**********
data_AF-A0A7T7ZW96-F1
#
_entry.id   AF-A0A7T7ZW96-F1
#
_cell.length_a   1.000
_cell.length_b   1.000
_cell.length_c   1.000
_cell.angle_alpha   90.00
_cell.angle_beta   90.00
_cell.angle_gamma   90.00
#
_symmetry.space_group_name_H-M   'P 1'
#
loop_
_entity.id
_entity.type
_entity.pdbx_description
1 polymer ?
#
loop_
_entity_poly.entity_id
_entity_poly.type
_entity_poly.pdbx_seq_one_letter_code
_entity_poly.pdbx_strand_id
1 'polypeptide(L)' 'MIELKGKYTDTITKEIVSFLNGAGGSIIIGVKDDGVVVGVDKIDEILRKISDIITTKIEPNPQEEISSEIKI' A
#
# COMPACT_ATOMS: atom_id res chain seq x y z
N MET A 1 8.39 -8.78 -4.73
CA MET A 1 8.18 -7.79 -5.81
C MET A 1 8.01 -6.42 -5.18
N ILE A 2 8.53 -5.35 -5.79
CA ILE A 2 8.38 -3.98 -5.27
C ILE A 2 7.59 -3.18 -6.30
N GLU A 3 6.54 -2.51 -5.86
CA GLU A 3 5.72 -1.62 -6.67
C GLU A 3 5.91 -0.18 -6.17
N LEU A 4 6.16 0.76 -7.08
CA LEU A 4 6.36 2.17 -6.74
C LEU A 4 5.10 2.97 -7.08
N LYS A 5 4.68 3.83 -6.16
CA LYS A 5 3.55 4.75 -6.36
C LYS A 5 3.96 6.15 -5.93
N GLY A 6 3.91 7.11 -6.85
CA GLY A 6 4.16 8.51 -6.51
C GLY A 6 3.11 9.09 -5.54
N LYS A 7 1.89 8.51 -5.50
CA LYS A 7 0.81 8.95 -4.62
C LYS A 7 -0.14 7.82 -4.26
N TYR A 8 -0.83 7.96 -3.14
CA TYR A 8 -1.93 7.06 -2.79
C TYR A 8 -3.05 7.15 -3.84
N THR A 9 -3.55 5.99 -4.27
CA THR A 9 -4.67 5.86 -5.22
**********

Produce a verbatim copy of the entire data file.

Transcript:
data_AF-A0A7T7ZW96-F1
#
_entry.id   AF-A0A7T7ZW96-F1
#
_cell.length_a   1.000
_cell.length_b   1.000
_cell.length_c   1.000
_cell.angle_alpha   90.00
_cell.angle_beta   90.00
_cell.angle_gamma   90.00
#
_symmetry.space_group_name_H-M   'P 1'
#
loop_
_entity.id
_entity.type
_entity.pdbx_description
1 polymer ?
#
loop_
_entity_poly.entity_id
_entity_poly.type
_entity_poly.pdbx_seq_one_letter_code
_entity_poly.pdbx_strand_id
1 'polypeptide(L)' 'MIELKGKYTDTITKEIVSFLNGAGGSIIIGVKDDGVVVGVDKIDEILRKISDIITTKIEPNPQEEISSEIKI' A
#
# COMPACT_ATOMS: atom_id res chain seq x y z
N MET A 1 8.39 -8.78 -4.73
CA MET A 1 8.18 -7.79 -5.81
C MET A 1 8.01 -6.42 -5.18
N ILE A 2 8.53 -5.35 -5.79
CA ILE A 2 8.38 -3.98 -5.27
C ILE A 2 7.59 -3.18 -6.30
N GLU A 3 6.54 -2.51 -5.86
CA GLU A 3 5.72 -1.62 -6.67
C GLU A 3 5.91 -0.18 -6.17
N LEU A 4 6.16 0.76 -7.08
CA LEU A 4 6.36 2.17 -6.74
C LEU A 4 5.10 2.97 -7.08
N LYS A 5 4.68 3.83 -6.16
CA LYS A 5 3.55 4.75 -6.36
C LYS A 5 3.96 6.15 -5.93
N GLY A 6 3.91 7.11 -6.85
CA GLY A 6 4.16 8.51 -6.51
C GLY A 6 3.11 9.09 -5.54
N LYS A 7 1.89 8.51 -5.50
CA LYS A 7 0.81 8.95 -4.62
C LYS A 7 -0.14 7.82 -4.26
N TYR A 8 -0.83 7.96 -3.14
CA TYR A 8 -1.93 7.06 -2.79
C TYR A 8 -3.05 7.15 -3.84
N THR A 9 -3.55 5.99 -4.27
CA THR A 9 -4.67 5.86 -5.22